STANFORD (CBS SF) – A newly-released study from Stanford University researchers found many lesbian, gay, bisexual and transgender students in medical school chose not to disclose their sexual identity or orientation and many feared being discriminated against.
Researchers surveyed all medical students in the United States in Canada during the 2009-2010 academic year. Among the 912 medical students who said they were LGBT, about 30 percent said they concealed their sexual identity and 40 percent said they worried about discrimination.READ MORE: State Spent Nearly $200 Million Setting Up Field Hospitals To Treat COVID Patients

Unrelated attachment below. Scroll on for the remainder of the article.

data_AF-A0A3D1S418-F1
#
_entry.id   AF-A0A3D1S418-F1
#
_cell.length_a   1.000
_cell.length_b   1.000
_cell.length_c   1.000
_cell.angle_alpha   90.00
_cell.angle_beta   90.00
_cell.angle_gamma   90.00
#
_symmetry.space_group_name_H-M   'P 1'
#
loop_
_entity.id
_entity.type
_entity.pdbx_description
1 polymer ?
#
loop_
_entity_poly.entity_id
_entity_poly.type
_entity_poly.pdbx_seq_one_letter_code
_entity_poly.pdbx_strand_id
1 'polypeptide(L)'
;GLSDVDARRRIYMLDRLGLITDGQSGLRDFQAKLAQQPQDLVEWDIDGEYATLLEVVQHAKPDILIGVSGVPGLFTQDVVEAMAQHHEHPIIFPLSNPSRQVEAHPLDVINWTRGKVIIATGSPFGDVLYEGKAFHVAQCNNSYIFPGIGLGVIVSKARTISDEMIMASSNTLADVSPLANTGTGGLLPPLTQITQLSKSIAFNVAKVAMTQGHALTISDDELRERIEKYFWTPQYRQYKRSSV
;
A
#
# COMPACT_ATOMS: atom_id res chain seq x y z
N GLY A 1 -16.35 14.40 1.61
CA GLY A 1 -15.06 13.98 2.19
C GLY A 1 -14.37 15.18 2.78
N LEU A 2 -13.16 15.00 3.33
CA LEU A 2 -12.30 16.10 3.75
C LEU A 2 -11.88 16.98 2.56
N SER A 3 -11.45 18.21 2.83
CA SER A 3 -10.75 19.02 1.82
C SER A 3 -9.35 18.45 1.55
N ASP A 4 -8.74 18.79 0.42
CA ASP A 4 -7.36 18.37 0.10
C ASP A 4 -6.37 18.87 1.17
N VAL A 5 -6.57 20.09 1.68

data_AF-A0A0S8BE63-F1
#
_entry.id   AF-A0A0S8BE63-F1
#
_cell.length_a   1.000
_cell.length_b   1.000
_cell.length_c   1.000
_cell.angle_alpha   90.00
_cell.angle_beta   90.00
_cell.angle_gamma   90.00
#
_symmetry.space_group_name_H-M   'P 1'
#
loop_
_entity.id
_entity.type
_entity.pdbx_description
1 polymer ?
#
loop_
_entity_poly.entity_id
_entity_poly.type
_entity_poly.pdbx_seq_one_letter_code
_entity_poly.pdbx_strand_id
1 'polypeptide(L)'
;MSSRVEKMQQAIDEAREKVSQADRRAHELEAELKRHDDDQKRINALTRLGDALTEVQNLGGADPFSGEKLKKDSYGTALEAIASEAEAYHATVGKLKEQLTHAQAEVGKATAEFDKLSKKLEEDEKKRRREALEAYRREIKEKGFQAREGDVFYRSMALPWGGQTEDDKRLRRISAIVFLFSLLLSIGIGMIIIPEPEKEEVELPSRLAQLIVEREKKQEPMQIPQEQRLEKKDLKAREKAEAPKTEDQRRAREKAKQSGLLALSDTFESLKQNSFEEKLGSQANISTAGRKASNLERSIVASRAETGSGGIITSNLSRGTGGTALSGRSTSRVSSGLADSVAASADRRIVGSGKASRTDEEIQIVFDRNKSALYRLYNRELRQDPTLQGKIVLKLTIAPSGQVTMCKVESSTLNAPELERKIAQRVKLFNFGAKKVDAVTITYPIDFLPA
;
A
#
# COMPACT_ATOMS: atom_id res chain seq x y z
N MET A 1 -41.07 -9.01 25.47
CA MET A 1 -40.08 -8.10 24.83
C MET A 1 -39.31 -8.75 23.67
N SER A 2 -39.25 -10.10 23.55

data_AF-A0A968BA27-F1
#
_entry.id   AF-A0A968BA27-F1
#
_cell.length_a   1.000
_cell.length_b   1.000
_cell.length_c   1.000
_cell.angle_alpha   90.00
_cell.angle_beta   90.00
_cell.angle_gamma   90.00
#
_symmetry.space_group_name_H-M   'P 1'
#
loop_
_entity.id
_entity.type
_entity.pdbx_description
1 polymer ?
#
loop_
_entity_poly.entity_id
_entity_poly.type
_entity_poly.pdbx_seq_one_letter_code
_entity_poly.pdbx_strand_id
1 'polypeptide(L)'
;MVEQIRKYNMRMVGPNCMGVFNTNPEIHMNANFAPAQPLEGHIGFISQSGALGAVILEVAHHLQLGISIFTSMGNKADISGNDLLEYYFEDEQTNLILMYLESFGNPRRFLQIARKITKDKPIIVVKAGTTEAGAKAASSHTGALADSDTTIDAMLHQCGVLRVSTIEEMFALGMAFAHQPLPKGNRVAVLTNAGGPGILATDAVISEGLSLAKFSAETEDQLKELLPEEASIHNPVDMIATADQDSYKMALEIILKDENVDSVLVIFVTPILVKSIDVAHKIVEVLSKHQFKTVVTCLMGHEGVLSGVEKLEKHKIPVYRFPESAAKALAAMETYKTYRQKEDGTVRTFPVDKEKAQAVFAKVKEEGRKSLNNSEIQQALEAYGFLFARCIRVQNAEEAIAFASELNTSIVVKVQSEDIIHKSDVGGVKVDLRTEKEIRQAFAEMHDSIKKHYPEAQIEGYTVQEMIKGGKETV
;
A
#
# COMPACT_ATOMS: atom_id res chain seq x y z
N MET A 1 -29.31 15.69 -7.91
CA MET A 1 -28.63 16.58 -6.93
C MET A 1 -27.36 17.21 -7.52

The study also found two-thirds of med students who identify as something other than male or female concealed their gender identity.READ MORE: Bacon May Disappear From San Francisco Bay Area Breakfast Menus
Respondents said the most common reasons for remaining “in the closet” because they believed that sexuality and gender identity was no one’s business, a fear of discrimination and lack of support from peers or family.
“Fear of discrimination was the most common theme — discrimination from peers, from your evaluators and faculty members, also from patients,” lead author Matthew Mansh said in a written statement.MORE NEWS: San Jose Motorcyclist Killed After Careening Into Tree
The study is published in the journal Academic Medicine.